It started on the Monday night after Christmas. I was about 5 months pregnant (22 weeks along). After 4 months of a seemingly perfect pregnancy, Logan and I ended up at the hospital because I was bleeding and in pain. We were admitted just after 1:00 a.m. It was the longest night of my life, and since the whole story would take up entirely too much of your time, I'll make it short (I have my own personal journal that I wrote about everything in, and it took several pages). Despite the medical team's efforts to stop my contractions, prevent my water bag from breaking, and to keep my baby in my womb for as long as possible, nothing worked out the way we wanted. I ended up having to deliver my baby at 7:37 a.m., and I distinctly remember the doctor's words after I pushed little Levi out: "There's no heartbeat." Now, I'm a registered nurse, so I was fully aware of the possibility that we could lose our son. Plus, I could see it on the nurses' faces every time they walked in the room - which was several times throughout the night, especially when things made a turn for the worse. Since this was our first child, though, I was still hoping that maybe God would create a miracle. That, however, didn't happen. Immediately after delivery, I was put under so my doctor could perform a D&C to make sure all of the placenta was out. It wasn't until a few hours later, when I was fully awake, that we had the opportunity to hold our son's body. I was rather emotional, as you can imagine - it was just 12 hours earlier that my life was close to perfect (wonderful husband, pregnant, good job, etc.), and now I was holding my dead son. Little Levi, all 1 pound and 3 ounces of him, was perfect. He looked like he was just sleeping, and I wanted more than anything for him to open his eyes. That whole night and the following weeks felt like a terrible nightmare, and up until 2 days ago, I kept hoping I would just wake up from it all and find out none of it happened. It certainly has happened, though, and thankfully, Logan and I have been blessed with some pretty amazing family and friends. And to all of you, we thank you and we love you.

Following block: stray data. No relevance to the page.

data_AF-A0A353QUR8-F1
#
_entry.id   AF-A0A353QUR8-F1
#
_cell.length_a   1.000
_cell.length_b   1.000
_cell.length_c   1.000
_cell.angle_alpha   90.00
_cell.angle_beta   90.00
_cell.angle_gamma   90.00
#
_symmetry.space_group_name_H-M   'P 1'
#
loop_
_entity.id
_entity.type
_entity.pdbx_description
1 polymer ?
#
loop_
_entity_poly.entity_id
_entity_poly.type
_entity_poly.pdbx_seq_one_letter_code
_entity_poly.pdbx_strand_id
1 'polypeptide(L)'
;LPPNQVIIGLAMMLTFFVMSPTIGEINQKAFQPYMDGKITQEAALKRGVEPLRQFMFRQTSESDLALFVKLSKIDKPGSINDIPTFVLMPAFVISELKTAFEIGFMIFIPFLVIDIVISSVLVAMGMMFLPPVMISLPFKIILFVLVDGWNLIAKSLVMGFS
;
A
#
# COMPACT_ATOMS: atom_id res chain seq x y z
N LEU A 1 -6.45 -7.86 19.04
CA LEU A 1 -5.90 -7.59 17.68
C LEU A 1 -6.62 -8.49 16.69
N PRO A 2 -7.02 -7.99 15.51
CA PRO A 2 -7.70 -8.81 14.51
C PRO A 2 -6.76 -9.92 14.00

We're in the process of trying to figure out just what went wrong with the pregnancy. My doctor is pretty sure I had a placental abruption (placenta detached from my uterus) because there was a huge clot underneath the placenta. Now we're ruling out what may have caused the abruption. I had a follow-up on the 13th, and I had blood drawn to see if I have lupus or another autoimmune disease, which is known to cause abruptions. I go back to the doctor on February 10th, so hopefully we can rule out an autoimmune condition. Another idea is that I may have an incompetent cervix (dilates prematurely), which then caused the abruption. That would not be good either, because I'd probably need a cerclage (procedure to stitch close the cervix), and even with that, I could end up on bedrest. Regardless of the cause, subsequent pregnancies will probably not be easy. It'd be nice if my case was just some sort of fluke, though. Even if it was, I still can't help but think I'm going to be a complete mess if we manage to get pregnant again. I don't want the same thing to happen, and assuming I carry the next pregnancy to term, I'll probably have flashbacks to my first labor and delivery experience (as a patient), which was not very pleasant. At least I have awhile to get my mind right, because my doctor said to wait 3 or 4 months before trying to get pregnant again - he told me my uterus needs to rest. It's a little bittersweet, because while I know I need some time to recovery both physically and mentally, I really want children. I was supposed to have a baby to take care of in 3 months, and now I have to wait at least a year.